Magellan Behavioral Health launches probe of Woods Services
Magellan Behavioral Health, which manages mental health insurance benefits in six Pennsylvania counties, is helping parents move their children from Woods Services in Langhorne if they want to leave.
Magellan Behavioral Health, which manages mental health insurance benefits in six Pennsylvania counties, has launched an investigation into conditions at Woods Services, which treats about 650 children and adults with intellectual disabilities at its Langhorne facility.
A report released Monday by Disability Rights New York found pervasive abuse and neglect at the facility.
"Magellan is aware of the reports concerning Woods Services and has already begun its own investigation," Colleen Flanagan-Johnson, vice president, external communications for Magellan Health, emailed Friday. "We are working with customers and members to ensure they understand their options for treatment elsewhere."
Magellan contacted families of a dozen children, according to Woods spokeswoman Cheryl Kauffman.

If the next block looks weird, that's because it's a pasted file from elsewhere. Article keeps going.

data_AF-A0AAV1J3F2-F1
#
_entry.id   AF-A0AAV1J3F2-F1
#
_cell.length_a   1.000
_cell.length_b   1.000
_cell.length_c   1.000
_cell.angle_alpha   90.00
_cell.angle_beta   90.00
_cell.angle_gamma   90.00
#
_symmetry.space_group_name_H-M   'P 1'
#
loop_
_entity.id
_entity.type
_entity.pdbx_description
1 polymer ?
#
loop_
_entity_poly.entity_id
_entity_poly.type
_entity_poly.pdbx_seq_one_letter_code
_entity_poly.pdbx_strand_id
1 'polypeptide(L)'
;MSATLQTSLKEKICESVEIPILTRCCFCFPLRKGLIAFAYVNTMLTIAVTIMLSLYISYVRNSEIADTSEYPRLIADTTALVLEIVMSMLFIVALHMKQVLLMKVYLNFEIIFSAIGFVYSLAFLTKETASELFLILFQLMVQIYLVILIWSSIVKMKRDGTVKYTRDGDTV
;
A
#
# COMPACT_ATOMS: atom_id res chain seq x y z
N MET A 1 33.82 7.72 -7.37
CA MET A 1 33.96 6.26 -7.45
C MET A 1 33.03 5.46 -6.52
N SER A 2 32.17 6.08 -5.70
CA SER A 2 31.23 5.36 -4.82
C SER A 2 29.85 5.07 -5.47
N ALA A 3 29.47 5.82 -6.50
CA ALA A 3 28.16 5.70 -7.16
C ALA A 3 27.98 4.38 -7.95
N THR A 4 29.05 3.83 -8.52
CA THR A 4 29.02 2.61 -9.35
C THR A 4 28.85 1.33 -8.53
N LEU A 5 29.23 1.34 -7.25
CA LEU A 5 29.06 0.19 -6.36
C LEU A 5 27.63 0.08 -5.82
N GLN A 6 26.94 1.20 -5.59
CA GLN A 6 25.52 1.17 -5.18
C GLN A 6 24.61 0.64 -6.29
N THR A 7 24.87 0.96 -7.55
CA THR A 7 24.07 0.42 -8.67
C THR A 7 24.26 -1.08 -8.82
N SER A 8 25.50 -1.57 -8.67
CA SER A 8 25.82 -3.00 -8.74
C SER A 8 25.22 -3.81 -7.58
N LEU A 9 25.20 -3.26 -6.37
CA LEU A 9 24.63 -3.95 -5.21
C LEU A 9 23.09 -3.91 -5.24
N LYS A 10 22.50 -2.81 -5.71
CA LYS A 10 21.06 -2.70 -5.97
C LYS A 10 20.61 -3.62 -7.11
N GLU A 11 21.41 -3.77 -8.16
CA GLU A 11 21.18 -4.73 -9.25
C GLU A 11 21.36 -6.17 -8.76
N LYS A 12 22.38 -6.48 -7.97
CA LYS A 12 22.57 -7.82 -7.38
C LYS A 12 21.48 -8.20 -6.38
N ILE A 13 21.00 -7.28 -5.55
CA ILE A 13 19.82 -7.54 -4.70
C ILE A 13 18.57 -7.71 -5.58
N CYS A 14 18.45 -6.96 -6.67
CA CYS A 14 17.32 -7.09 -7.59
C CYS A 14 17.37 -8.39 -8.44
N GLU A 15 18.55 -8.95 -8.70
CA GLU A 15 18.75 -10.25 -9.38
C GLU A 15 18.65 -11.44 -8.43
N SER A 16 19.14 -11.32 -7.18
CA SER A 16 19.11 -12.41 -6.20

Six of the children are already in the process of going to a less intensive facility or going home, Kauffman said.
"Two of those, the families are fighting and want their children to stay here. The other six individuals, Magellan did call their families, and the six families refused to move their children elsewhere," Kauffman said.
Kathy Romett, of Pottstown, said she was one of the parents contacted by Magellen. "They wanted to hear about my experience. I didn't have any thing negative to say," Romett said.
Her 10-year-old son, who is nonverbal and has been diagnosed with autism, is going home next week after two years at Woods, Romett said. "He was very violent, and they helped us learn how to deal with that." Romett was among more than a dozen parents who contacted The Inquirer to praise the care their children have received at Woods.
Meanwhile, Stephanie Moskowitz is trying to get her 14-year-old son, Samuel, back on track after a Woods staff member punched him in the face last December, breaking his nose, and then hit him in the face with a plastic bowling pin. She has sent him to another behavioral health facility, and Magellan was helpful in that move, she said.
Moskowitz, who lives in King of Prussia, said she was extremely nervous about sending her son away from home for care in August 2016. "The worst thing I thought could happen happened," she said.